The Greatest Day In North Dakota History

March 12, 2009 – 2:34 am by Hickey

On November 2, 1889, the State of North Dakota was admitted into the Union.

On March 11, 1903, the state witnessed the birth of Lawrence Welk.

Nearly 106 years to the day of that landmark event, North Dakota watched in glee as significant event No. 2 of its history occured: the North Dakota State Bison qualified for the NCAA tournament with an amazing 66-64 comeback win over Oakland University for the Summit League championship. (One might argue the movie “Fargo” was significant event No. 2, but only the opening scene is actually filmed there.)

In no way is this claim facetious, either. This state had such an identity crisis that a couple years ago they were actually considering changing their name to Dakota so more people would move there. Really.

Anyway, our good friend Thporth reports that in the hours after the Bison’s landmark win, the site actually crashed because it was being too heavily trafficked. Yeah, that’s right. We know people who go to

In all seriousness, though, there is a lot that makes North Dakota State the most unlikely of all the entrants in this year’s field, barring an IU championship run in the Big Ten tournament.

The Bison, who are in their first year of Division I eligibility for the tourney, became the first such team to officially make it to the Big Dance since Long Beach State in 1970. (Unofficially, the last team to accomplish the feat was Louisiana-Lafayette, then known as Southwestern Louisiana¬† — and now trying to pawn itself off as plain old Louisiana to no avail — which made it to the tourney in 1972 but later had to erase it from the record books for cheating of some sort. But it still happened.)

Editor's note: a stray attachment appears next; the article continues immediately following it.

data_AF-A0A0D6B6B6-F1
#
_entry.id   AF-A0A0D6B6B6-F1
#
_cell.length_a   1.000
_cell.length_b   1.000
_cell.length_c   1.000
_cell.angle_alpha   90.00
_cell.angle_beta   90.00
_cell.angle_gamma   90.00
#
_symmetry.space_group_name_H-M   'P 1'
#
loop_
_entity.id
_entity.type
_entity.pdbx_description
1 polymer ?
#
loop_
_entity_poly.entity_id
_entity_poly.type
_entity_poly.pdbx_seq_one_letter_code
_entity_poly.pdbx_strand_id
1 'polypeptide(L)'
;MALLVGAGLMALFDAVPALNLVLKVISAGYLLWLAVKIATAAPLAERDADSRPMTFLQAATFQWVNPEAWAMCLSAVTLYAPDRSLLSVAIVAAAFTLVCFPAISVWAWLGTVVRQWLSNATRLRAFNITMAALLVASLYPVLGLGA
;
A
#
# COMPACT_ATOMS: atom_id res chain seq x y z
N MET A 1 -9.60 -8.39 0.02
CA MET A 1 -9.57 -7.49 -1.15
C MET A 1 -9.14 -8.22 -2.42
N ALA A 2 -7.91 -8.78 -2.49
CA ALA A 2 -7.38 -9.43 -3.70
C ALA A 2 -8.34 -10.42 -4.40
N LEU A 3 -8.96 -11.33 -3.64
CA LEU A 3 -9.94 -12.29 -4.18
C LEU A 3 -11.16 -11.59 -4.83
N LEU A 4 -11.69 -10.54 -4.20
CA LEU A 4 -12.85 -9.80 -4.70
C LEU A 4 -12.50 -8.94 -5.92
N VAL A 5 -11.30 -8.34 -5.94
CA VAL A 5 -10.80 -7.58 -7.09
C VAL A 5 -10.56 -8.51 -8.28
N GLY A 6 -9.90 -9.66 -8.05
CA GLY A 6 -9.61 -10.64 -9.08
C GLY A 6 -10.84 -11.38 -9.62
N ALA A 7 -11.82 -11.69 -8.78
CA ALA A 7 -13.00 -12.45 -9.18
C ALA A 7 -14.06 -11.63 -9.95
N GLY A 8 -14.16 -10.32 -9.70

And then there is the matter of the Bison roster, which is, for lack of a better term, the anti-Texas Western. For most of the game against Oakland, NDSU had five white guys on the floor. And they won.

This probably comes as no surprise given that we’re taking about North Dakota. Hockey is the primary sport there, and up until now, the University of North Dakota has been the only school in the state any outsider gave a hoot about because of its successful hockey program, which has produced standouts like Jonathan Toews. I once covered a basketball recruit who went to UND, and after his visit he talked about how nice the hockey facilities were. It wasn’t long before he transfered somewhere else to play hoops.

But just because we’ve already witnessed the greatest day for North Dakota since statehood was declared does not mean there isn’t an even greater one in store. The Bison won at Wisconsin a couple years ago when still transitioning from Division II. And Ben Woodside could be this year’s Stephen Curry — he put up 60 in a game against Stephen F. Austin this season — and SFA is likely to be a tournament team itself.

Sure, South Dakota may have Mount Rushmore. But for this month, North Dakota finally has something to crow about.

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  1. 2 Responses to “The Greatest Day In North Dakota History”

  2. Sorry, not even the first scene in Fargo was filmed here; it was a bar in North Minneapolis. The Coens got more help from Minnesota than ND to do the filming, so only some of the really snowy road scenes were filmed in ND – north of Grand Forks – because an early spring melt meant the drifts weren’t high enough around the central Minnesota areas they were filming. And, wait, something basketball-related happened? I’m still digging out of the huge blizzard we had on Tuesday.

    By Azrael Brown on Mar 13, 2009

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